Since the British conquest of Upper Burma after the Third Anglo-Burma War in 1885, the British authorities have tried to control the Chin-Lushai hills that lie in between India and Burma. Nevertheless, the harsh terrain and climate in the region made the British occupation a mission impossible. The encounter between the British and the Panthay mule caravans dramatically changed the dead-end. By outsourcing the imperial logistics and supplies in the hills to the Panthays and their Yunnanese mules, the challenges that haunted the British Empire had eventually been solved. By telling this story, this study tries to revisit the dichotomous discourse of oppression and resistance in the studies of the colonial empires. It further points out that the multispecies relationship of the non-Western world was not always the victim of or the opponent to colonial empires. Sometimes, it facilitated colonial expansion.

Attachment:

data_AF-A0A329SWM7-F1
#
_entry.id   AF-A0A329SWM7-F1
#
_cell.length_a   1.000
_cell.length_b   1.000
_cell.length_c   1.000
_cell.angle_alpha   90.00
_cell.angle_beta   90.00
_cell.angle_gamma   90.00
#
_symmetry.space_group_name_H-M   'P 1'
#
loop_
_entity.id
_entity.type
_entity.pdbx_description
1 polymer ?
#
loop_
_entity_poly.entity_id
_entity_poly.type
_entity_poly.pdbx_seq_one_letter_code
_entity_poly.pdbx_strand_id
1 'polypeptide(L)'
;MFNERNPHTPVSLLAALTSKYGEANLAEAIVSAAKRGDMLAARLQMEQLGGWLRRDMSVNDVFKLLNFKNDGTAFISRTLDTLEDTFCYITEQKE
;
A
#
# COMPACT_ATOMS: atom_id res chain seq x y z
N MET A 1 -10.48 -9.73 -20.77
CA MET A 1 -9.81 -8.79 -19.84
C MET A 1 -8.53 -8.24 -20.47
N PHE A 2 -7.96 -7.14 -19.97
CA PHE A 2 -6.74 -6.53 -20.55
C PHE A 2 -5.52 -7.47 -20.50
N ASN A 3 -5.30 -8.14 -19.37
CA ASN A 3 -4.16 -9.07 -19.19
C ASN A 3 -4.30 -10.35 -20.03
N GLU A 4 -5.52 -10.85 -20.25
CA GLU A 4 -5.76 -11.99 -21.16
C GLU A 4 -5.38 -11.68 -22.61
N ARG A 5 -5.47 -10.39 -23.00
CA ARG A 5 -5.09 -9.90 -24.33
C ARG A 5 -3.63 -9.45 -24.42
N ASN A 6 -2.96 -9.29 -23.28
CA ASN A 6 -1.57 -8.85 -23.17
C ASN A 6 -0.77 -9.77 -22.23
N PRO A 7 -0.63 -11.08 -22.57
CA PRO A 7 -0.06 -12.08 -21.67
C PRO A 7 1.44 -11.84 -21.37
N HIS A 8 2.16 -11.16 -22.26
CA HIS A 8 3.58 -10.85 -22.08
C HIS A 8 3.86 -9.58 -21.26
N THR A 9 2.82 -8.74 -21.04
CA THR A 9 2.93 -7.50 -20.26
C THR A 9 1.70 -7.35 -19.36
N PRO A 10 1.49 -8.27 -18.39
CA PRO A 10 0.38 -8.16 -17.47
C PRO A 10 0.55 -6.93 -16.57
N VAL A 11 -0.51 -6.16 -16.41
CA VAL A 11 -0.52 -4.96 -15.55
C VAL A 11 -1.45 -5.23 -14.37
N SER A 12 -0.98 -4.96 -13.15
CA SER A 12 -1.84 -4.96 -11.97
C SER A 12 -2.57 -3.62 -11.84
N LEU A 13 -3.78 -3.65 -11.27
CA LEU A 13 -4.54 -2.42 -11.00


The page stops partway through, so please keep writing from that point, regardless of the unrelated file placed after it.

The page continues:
Yin CAO (曹寅, Cao Yin) has received an IIAS Fellowship to spend six months (January-June 2024) doing research at IIAS.
His project is 'A Multi-Species Conquest of Zomia: The Colonial State and the Panthay Mule Caravans in the Chin-Lushai Hills'.